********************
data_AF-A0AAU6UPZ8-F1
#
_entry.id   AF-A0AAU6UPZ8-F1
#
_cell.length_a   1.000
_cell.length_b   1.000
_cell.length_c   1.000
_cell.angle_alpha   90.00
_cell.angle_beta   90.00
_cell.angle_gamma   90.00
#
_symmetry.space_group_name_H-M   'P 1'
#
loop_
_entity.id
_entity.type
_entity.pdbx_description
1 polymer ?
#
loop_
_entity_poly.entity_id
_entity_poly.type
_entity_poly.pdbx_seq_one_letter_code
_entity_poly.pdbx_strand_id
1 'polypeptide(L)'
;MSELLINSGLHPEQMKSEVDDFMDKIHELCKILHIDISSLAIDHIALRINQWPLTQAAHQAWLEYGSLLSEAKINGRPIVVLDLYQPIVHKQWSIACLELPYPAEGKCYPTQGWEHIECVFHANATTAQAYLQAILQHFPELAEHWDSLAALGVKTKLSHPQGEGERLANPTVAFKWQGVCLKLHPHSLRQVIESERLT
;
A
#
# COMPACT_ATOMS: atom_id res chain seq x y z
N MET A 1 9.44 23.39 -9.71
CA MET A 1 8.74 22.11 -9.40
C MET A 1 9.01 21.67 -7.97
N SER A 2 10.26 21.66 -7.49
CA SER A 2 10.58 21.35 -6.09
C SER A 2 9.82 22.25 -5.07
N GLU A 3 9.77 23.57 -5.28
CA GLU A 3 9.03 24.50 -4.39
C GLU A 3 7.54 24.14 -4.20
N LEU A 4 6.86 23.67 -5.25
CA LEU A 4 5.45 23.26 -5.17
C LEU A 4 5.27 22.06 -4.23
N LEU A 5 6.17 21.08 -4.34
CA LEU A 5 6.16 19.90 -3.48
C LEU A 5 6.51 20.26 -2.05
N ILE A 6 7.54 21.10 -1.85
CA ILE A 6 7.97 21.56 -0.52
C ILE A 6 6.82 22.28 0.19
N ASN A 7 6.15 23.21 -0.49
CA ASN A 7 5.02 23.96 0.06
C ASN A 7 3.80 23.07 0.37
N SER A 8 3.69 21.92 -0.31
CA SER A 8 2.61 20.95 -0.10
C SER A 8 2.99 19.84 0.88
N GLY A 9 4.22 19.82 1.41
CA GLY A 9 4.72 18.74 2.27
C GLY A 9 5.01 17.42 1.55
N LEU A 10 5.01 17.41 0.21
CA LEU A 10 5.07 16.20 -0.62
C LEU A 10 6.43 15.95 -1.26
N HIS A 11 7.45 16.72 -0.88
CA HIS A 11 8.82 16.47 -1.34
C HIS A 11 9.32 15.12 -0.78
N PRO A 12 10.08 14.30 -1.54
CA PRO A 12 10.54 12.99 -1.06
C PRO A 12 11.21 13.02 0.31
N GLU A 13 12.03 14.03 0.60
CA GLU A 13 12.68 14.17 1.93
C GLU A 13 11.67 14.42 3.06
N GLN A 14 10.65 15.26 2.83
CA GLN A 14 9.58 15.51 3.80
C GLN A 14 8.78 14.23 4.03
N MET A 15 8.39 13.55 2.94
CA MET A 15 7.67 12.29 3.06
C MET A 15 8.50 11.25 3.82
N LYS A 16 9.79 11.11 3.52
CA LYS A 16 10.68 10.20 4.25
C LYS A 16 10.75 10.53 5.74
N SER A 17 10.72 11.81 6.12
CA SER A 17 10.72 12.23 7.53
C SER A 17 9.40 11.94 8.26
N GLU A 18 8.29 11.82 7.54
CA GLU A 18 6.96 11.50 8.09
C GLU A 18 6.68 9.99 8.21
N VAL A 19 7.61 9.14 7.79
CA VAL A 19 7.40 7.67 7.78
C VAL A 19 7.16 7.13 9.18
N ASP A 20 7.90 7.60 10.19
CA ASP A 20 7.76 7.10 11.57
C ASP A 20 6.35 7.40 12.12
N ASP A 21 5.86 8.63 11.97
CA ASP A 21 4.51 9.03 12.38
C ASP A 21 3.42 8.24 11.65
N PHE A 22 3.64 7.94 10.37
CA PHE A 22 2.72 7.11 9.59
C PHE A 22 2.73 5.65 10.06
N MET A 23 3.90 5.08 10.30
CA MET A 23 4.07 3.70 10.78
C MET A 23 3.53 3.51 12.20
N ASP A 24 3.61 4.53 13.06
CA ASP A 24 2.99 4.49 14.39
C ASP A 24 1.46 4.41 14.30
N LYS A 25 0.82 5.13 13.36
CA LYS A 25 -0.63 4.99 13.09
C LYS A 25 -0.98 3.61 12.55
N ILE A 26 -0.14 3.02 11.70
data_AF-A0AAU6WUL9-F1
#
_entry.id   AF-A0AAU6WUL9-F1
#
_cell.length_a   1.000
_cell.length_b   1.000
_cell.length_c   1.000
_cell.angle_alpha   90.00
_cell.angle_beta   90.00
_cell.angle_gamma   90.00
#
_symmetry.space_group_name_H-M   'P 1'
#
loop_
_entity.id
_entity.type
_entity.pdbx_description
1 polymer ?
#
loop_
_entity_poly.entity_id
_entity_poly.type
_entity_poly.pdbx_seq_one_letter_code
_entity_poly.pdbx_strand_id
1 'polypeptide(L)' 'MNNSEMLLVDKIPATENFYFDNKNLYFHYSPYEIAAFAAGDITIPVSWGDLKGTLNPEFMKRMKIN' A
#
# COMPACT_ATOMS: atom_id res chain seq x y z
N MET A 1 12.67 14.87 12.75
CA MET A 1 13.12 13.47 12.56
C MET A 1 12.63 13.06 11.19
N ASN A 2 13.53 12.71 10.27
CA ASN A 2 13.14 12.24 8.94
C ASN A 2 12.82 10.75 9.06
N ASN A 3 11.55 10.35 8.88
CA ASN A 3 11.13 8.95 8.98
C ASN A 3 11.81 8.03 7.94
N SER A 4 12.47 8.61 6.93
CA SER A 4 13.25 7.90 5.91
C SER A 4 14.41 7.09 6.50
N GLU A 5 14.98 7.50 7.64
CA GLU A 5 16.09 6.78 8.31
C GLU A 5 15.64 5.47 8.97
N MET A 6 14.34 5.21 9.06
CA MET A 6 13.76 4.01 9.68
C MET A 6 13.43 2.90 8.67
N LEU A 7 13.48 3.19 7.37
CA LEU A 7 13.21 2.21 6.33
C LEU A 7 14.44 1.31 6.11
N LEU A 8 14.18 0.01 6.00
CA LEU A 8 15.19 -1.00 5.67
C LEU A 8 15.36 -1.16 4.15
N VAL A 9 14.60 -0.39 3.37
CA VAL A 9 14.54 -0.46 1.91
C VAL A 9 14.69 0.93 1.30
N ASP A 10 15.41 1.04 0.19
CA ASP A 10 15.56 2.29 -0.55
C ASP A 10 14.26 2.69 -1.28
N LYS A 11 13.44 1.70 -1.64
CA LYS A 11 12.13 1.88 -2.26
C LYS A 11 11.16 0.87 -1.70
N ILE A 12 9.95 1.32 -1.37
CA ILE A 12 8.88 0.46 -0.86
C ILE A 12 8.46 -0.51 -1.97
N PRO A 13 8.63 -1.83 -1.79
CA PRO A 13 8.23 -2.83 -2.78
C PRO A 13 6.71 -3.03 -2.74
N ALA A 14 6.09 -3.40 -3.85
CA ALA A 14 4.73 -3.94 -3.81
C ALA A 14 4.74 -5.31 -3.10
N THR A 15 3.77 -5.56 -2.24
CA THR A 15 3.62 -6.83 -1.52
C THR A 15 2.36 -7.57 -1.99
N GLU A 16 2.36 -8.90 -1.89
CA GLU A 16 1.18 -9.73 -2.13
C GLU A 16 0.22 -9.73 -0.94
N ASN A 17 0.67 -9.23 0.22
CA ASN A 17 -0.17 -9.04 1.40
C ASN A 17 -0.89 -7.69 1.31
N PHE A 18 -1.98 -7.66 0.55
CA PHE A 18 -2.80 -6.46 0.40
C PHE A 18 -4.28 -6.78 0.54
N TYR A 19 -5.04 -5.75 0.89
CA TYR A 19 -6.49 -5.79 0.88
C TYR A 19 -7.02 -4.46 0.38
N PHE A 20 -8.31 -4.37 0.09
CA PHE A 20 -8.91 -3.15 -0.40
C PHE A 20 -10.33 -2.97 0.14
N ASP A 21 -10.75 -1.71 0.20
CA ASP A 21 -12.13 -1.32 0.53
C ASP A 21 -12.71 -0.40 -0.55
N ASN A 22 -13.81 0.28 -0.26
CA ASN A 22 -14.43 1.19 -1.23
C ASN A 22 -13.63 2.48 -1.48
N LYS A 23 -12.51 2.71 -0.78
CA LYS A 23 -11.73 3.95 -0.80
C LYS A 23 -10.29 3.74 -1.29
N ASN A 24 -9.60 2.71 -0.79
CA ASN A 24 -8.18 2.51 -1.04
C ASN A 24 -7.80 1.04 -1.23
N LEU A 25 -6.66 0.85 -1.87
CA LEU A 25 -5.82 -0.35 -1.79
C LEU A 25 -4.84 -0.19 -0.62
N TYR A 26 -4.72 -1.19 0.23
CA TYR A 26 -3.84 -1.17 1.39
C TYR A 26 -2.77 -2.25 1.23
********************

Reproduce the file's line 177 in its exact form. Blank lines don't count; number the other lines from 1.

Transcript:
CA THR A 15 3.62 -6.83 -1.52